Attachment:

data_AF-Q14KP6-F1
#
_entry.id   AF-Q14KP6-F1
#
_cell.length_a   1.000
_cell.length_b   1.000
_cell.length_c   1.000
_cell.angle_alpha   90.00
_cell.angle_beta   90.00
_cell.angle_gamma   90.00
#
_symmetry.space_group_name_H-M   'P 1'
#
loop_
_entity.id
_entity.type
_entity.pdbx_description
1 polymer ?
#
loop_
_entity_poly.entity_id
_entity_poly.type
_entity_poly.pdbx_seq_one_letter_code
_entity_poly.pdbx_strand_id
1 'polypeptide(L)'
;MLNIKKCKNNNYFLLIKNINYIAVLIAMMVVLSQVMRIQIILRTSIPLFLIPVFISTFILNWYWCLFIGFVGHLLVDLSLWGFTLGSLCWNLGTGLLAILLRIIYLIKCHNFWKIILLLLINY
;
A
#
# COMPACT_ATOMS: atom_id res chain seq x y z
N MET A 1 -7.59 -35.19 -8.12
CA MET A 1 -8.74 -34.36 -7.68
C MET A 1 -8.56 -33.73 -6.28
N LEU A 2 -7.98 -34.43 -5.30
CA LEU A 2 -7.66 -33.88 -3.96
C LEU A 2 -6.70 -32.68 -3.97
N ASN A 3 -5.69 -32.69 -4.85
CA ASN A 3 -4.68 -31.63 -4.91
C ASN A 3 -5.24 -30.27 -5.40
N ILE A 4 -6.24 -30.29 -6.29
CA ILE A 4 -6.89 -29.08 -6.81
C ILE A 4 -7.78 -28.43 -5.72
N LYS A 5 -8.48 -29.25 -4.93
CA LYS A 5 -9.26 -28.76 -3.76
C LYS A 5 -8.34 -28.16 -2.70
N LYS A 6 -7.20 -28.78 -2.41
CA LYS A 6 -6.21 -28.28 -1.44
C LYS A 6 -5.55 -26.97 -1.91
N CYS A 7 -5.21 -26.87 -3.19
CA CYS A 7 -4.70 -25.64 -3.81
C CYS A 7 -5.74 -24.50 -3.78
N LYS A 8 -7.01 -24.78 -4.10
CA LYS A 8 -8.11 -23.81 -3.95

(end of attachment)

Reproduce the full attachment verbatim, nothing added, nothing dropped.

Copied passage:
data_AF-Q14KP6-F1
#
_entry.id   AF-Q14KP6-F1
#
_cell.length_a   1.000
_cell.length_b   1.000
_cell.length_c   1.000
_cell.angle_alpha   90.00
_cell.angle_beta   90.00
_cell.angle_gamma   90.00
#
_symmetry.space_group_name_H-M   'P 1'
#
loop_
_entity.id
_entity.type
_entity.pdbx_description
1 polymer ?
#
loop_
_entity_poly.entity_id
_entity_poly.type
_entity_poly.pdbx_seq_one_letter_code
_entity_poly.pdbx_strand_id
1 'polypeptide(L)'
;MLNIKKCKNNNYFLLIKNINYIAVLIAMMVVLSQVMRIQIILRTSIPLFLIPVFISTFILNWYWCLFIGFVGHLLVDLSLWGFTLGSLCWNLGTGLLAILLRIIYLIKCHNFWKIILLLLINY
;
A
#
# COMPACT_ATOMS: atom_id res chain seq x y z
N MET A 1 -7.59 -35.19 -8.12
CA MET A 1 -8.74 -34.36 -7.68
C MET A 1 -8.56 -33.73 -6.28
N LEU A 2 -7.98 -34.43 -5.30
CA LEU A 2 -7.66 -33.88 -3.96
C LEU A 2 -6.70 -32.68 -3.97
N ASN A 3 -5.69 -32.69 -4.85
CA ASN A 3 -4.68 -31.63 -4.91
C ASN A 3 -5.24 -30.27 -5.40
N ILE A 4 -6.24 -30.29 -6.29
CA ILE A 4 -6.89 -29.08 -6.81
C ILE A 4 -7.78 -28.43 -5.72
N LYS A 5 -8.48 -29.25 -4.93
CA LYS A 5 -9.26 -28.76 -3.76
C LYS A 5 -8.34 -28.16 -2.70
N LYS A 6 -7.20 -28.78 -2.41
CA LYS A 6 -6.21 -28.28 -1.44
C LYS A 6 -5.55 -26.97 -1.91
N CYS A 7 -5.21 -26.87 -3.19
CA CYS A 7 -4.70 -25.64 -3.81
C CYS A 7 -5.74 -24.50 -3.78
N LYS A 8 -7.01 -24.78 -4.10
CA LYS A 8 -8.11 -23.81 -3.95